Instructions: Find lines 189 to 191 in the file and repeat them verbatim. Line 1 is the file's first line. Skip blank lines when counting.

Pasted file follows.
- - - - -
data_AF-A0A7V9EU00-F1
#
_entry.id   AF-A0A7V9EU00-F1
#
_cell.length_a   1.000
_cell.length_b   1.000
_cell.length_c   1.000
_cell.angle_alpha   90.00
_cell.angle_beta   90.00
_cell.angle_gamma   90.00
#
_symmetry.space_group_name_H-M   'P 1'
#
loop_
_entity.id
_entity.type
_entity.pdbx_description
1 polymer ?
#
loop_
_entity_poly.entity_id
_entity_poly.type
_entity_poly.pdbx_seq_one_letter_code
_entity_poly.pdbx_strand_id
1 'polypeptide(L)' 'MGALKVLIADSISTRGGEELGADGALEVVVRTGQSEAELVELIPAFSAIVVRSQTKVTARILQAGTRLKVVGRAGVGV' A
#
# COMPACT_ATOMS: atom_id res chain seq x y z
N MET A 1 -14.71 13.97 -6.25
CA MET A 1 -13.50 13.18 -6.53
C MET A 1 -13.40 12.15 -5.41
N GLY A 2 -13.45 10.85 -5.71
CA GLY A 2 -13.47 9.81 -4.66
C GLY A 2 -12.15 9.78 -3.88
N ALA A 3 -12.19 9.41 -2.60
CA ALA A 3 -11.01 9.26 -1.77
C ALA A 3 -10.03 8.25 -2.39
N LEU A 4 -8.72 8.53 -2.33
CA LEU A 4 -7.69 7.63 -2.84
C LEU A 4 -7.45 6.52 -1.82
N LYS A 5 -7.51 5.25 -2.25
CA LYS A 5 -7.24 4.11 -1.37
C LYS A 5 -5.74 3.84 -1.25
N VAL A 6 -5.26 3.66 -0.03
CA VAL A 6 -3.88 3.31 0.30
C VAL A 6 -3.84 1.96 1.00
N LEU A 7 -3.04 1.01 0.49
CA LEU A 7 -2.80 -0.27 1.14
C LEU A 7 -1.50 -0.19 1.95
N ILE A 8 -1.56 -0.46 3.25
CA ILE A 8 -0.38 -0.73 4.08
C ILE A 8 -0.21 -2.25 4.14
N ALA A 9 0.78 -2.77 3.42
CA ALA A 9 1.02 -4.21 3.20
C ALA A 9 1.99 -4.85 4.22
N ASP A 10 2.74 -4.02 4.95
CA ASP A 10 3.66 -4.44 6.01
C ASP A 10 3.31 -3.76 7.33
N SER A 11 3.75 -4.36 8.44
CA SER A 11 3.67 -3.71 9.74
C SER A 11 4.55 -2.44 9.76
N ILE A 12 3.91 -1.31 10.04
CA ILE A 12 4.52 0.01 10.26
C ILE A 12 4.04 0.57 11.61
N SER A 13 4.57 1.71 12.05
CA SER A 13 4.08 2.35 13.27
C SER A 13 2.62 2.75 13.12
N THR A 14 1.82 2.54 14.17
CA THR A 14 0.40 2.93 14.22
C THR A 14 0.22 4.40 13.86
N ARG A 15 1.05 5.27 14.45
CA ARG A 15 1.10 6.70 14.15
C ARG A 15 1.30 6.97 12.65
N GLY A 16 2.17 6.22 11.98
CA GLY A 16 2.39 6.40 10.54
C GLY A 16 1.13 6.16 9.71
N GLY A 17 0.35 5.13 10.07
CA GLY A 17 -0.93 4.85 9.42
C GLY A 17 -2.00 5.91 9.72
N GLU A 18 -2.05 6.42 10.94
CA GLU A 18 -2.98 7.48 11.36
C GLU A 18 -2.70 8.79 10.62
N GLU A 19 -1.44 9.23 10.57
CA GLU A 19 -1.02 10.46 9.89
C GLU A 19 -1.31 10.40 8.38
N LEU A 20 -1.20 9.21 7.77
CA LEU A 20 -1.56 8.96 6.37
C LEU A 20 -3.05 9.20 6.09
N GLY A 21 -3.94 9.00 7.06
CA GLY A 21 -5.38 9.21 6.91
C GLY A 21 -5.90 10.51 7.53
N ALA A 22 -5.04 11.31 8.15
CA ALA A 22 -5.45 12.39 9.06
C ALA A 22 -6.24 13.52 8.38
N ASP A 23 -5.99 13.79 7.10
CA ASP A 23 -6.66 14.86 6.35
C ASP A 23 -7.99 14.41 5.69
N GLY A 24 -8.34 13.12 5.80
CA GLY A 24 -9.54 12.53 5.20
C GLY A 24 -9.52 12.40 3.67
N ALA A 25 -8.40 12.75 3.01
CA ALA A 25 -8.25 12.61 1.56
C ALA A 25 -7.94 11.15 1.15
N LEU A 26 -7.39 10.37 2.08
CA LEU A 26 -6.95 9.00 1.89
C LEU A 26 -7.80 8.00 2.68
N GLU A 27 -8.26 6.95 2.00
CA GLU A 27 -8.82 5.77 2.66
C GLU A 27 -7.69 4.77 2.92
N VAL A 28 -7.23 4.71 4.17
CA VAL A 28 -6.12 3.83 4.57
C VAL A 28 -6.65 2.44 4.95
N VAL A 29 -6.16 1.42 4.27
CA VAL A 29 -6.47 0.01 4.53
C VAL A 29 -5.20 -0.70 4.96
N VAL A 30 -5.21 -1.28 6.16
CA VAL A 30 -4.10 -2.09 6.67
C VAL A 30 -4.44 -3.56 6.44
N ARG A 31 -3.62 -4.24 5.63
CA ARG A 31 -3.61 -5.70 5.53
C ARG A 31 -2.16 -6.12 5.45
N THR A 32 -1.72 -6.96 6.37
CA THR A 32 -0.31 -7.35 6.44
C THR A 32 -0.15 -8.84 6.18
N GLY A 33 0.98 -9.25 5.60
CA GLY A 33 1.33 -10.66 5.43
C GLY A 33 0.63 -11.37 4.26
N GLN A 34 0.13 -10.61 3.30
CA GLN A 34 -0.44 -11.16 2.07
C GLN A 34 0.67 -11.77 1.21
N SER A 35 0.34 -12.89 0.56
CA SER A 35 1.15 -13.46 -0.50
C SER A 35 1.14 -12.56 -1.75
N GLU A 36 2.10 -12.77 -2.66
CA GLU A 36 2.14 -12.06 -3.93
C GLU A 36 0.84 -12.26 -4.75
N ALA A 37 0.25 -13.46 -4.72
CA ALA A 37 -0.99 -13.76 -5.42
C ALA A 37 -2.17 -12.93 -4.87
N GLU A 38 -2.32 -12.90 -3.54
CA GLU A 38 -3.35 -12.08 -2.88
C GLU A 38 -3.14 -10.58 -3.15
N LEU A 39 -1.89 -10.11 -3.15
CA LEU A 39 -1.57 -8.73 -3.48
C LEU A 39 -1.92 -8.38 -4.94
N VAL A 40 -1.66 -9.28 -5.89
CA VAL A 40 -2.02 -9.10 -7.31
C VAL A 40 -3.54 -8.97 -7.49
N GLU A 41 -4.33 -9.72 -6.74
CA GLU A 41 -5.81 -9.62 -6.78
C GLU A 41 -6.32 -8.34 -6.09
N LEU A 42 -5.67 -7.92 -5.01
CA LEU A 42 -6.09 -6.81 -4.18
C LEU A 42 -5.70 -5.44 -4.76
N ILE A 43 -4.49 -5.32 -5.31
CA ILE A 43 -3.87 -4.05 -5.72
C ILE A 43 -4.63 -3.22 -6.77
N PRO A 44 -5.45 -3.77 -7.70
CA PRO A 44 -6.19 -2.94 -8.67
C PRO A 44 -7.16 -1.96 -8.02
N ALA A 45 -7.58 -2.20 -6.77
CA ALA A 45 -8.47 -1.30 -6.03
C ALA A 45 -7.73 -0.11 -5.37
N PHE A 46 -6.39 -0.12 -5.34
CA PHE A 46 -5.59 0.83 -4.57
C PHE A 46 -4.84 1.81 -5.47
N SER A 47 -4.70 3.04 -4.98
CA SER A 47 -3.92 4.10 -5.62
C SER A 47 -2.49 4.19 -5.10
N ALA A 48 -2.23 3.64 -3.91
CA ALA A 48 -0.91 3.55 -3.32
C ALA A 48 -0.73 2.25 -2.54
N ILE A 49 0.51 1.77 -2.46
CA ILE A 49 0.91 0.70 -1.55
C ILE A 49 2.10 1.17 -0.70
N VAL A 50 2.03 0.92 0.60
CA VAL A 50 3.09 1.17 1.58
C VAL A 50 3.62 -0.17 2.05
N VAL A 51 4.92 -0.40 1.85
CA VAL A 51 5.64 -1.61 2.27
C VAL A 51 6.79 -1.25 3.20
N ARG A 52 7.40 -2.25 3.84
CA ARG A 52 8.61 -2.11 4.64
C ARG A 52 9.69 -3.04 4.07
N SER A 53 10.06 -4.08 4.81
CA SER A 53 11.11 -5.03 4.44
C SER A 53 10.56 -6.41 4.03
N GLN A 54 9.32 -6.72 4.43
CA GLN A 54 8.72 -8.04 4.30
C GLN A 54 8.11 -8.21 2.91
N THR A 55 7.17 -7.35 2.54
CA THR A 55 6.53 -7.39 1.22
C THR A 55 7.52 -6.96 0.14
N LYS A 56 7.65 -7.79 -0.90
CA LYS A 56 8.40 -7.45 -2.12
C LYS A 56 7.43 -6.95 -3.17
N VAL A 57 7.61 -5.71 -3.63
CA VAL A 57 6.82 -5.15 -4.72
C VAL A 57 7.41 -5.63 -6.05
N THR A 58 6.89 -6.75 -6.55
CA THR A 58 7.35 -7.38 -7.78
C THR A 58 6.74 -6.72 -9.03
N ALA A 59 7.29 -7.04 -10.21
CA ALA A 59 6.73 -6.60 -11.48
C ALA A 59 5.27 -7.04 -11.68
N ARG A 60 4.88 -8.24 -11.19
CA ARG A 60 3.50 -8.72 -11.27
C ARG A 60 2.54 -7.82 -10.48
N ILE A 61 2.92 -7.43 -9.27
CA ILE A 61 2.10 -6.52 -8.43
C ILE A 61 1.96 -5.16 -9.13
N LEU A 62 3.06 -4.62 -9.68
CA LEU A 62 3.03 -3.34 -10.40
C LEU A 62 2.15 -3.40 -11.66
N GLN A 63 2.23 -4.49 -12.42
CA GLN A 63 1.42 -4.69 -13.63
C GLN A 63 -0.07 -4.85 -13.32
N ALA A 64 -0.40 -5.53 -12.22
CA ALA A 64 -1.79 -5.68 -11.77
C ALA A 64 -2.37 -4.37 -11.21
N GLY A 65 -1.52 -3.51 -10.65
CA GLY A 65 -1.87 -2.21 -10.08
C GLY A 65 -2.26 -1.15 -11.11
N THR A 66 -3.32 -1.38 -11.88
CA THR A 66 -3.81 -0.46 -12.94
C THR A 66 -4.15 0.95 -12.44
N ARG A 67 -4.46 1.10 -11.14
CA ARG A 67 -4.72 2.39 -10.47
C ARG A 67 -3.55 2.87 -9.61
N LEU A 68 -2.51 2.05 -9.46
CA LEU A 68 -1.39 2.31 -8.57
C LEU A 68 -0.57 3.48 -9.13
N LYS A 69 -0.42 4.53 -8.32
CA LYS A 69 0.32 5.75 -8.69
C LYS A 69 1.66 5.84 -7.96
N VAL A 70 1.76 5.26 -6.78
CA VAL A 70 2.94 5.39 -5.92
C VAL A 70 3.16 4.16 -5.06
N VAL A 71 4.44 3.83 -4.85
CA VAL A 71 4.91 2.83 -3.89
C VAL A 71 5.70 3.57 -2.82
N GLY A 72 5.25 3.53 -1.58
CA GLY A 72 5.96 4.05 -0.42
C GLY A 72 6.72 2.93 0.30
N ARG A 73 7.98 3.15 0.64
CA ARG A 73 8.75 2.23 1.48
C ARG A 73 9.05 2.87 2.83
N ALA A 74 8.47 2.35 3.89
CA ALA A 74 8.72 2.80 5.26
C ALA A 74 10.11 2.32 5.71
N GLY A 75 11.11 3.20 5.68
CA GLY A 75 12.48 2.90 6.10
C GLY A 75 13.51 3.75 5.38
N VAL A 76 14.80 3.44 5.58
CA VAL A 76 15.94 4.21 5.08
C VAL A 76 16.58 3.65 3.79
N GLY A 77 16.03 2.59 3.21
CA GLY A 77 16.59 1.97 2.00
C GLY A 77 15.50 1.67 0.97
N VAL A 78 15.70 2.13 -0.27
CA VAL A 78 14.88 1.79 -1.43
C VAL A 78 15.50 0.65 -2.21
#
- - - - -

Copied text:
C GLN A 54 8.11 -8.21 2.91
N THR A 55 7.17 -7.35 2.54
CA THR A 55 6.53 -7.39 1.22